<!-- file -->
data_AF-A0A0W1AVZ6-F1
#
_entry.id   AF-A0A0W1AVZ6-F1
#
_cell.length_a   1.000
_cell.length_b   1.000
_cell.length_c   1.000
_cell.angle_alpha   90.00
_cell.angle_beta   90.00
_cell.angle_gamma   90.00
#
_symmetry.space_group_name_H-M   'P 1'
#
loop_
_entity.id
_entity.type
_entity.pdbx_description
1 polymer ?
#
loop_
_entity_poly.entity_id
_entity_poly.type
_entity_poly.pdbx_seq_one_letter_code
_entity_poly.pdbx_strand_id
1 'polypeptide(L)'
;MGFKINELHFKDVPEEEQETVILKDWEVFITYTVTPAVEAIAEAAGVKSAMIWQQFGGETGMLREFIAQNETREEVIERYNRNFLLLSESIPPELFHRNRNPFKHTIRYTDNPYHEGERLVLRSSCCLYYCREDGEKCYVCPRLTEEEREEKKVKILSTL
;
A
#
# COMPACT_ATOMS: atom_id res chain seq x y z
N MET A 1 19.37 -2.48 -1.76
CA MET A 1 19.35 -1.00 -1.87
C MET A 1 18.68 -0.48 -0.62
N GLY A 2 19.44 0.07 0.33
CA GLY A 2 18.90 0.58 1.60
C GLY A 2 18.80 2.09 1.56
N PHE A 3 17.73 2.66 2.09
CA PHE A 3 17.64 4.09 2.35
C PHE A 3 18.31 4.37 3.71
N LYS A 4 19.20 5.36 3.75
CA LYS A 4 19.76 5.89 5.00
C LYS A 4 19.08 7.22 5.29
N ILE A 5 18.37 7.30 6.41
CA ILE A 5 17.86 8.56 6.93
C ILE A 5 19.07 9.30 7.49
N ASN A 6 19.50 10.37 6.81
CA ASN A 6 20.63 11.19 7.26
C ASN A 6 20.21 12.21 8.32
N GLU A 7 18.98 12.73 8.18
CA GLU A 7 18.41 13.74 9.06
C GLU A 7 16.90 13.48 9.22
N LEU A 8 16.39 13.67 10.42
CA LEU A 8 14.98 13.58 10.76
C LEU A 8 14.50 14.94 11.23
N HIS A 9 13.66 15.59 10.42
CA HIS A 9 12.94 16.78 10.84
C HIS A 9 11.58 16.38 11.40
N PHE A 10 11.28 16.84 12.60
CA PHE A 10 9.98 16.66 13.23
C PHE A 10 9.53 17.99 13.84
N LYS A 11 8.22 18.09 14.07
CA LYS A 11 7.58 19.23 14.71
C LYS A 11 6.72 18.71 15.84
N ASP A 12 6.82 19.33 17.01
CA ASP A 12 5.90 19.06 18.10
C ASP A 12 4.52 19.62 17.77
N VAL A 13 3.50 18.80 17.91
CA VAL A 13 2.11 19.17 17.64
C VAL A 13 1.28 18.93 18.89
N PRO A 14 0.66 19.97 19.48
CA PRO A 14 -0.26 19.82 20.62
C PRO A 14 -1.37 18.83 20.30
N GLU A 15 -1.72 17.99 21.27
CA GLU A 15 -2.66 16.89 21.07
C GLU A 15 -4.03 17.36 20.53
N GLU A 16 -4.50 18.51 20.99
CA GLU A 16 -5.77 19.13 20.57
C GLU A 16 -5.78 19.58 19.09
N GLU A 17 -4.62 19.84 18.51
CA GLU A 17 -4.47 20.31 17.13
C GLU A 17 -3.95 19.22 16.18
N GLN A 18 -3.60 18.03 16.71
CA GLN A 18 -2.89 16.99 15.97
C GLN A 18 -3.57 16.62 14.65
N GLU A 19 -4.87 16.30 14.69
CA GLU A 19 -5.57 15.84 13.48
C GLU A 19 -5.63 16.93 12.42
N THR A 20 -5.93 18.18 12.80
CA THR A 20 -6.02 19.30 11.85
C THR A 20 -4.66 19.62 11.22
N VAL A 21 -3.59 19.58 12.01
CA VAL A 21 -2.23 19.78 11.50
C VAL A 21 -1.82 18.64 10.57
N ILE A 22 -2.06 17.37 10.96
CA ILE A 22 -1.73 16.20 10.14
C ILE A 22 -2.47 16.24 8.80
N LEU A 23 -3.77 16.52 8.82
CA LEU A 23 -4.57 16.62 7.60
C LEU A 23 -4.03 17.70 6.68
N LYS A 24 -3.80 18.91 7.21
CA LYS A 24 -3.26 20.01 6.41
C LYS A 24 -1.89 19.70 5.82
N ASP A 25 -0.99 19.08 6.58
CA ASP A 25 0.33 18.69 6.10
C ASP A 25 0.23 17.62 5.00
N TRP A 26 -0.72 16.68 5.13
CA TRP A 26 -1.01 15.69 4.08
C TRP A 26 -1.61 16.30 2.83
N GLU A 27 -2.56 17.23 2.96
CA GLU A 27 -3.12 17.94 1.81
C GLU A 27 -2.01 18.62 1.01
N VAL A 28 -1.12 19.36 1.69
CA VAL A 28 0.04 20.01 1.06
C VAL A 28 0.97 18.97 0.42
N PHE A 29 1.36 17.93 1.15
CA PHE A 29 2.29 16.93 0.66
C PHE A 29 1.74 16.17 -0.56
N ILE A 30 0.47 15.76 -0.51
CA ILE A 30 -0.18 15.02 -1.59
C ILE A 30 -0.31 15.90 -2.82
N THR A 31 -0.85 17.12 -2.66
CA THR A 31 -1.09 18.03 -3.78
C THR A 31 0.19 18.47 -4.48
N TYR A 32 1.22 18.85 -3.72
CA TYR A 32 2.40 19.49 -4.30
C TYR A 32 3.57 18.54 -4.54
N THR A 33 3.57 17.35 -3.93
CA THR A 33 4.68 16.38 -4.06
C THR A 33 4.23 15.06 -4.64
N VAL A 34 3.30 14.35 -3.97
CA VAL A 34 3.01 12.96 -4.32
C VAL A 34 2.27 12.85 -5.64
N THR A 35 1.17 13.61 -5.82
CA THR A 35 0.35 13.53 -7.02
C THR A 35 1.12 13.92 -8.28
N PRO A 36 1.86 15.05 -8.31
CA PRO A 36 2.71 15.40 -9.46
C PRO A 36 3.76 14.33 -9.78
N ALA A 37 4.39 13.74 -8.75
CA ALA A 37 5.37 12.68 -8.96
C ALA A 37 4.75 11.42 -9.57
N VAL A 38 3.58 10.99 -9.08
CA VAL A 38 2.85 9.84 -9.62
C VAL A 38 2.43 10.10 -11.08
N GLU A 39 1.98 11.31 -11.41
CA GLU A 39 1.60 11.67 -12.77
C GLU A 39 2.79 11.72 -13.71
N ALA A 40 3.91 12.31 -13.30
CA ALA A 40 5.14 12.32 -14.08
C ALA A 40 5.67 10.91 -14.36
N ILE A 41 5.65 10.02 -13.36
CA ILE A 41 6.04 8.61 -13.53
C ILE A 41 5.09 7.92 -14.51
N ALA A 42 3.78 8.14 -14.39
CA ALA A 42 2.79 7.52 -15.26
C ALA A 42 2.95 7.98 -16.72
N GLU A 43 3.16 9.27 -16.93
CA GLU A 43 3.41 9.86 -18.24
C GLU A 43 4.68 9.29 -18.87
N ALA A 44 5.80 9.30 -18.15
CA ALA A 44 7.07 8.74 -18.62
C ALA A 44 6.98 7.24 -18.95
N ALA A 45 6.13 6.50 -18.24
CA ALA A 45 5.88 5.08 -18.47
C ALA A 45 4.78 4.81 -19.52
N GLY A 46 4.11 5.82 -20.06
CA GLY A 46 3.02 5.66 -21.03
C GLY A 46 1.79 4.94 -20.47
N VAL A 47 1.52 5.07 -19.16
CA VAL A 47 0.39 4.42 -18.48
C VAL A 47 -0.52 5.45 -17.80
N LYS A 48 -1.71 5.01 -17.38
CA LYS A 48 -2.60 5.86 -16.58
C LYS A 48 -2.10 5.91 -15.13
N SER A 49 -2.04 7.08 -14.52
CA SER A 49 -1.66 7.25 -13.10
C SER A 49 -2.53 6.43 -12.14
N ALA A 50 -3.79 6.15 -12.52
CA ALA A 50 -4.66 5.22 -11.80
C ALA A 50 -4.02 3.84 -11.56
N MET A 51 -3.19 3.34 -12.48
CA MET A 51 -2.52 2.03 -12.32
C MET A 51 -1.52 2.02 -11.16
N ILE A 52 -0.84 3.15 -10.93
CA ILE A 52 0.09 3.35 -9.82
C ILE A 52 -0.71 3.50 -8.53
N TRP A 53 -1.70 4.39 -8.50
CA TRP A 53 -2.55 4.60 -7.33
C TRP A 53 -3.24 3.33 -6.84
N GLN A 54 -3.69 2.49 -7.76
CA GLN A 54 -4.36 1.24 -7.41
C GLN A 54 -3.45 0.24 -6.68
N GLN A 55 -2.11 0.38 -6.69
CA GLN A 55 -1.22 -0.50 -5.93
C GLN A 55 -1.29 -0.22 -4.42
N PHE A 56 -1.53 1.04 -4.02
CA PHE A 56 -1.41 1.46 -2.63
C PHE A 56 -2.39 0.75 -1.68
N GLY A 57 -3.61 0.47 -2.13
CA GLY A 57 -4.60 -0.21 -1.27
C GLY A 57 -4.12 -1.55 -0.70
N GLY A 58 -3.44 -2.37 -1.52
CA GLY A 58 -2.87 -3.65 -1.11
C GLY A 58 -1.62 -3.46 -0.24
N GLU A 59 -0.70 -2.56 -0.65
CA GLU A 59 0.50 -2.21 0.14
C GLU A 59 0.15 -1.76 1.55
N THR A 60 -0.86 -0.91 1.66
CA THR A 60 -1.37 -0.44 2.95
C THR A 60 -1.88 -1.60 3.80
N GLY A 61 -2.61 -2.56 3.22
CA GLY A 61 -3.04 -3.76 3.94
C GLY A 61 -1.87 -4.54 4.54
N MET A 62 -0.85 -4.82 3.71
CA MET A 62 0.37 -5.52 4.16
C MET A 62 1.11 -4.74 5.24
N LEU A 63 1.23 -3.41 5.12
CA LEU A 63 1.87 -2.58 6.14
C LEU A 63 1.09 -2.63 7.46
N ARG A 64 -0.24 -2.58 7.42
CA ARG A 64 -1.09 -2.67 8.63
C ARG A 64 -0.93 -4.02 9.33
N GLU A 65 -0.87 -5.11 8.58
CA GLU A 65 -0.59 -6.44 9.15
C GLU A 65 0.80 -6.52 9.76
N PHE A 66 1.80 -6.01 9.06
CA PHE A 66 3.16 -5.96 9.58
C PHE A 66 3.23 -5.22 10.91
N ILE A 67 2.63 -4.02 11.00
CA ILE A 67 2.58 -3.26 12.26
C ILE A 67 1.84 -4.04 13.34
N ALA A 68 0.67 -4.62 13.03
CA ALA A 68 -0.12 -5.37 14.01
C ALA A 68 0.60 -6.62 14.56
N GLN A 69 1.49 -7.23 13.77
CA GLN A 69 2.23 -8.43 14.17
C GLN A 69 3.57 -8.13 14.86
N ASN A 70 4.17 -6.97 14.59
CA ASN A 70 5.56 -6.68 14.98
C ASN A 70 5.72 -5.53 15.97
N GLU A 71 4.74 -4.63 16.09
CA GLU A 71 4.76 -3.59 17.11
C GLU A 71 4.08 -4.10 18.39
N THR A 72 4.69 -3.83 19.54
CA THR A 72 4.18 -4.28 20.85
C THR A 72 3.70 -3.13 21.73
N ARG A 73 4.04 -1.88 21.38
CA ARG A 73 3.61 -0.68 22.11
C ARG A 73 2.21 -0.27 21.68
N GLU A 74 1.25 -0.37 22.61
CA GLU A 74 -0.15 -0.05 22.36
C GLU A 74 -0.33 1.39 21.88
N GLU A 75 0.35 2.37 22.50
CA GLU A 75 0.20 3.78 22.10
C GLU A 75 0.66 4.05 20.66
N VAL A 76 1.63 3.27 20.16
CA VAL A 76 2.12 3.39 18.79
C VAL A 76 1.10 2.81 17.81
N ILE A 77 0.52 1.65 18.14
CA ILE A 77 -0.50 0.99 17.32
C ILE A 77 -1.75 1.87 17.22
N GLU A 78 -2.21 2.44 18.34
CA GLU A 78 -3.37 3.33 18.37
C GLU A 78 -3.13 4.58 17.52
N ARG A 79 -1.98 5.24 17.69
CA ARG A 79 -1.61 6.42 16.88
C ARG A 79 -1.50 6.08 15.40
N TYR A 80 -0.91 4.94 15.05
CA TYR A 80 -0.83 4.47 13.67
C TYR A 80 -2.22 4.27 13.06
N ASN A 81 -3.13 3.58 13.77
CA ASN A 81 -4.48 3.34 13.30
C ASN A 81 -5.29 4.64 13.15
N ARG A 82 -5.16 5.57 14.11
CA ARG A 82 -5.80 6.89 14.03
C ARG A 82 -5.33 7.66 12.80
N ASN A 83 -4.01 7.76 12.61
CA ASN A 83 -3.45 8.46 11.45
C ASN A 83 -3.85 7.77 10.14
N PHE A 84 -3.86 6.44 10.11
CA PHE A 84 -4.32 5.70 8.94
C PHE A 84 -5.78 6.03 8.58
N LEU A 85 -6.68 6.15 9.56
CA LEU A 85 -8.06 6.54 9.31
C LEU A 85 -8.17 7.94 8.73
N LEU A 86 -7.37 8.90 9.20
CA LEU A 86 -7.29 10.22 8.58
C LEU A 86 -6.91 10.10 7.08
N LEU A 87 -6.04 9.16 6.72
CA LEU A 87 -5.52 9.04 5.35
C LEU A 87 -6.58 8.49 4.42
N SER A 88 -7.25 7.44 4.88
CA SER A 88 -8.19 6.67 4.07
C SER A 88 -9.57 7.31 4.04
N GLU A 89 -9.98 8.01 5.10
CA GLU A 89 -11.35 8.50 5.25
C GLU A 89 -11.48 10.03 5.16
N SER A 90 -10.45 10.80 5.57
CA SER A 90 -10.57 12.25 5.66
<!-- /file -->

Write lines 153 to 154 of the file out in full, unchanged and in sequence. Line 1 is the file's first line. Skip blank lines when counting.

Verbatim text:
C ILE A 41 5.09 7.92 -14.51
N ALA A 42 3.78 8.14 -14.39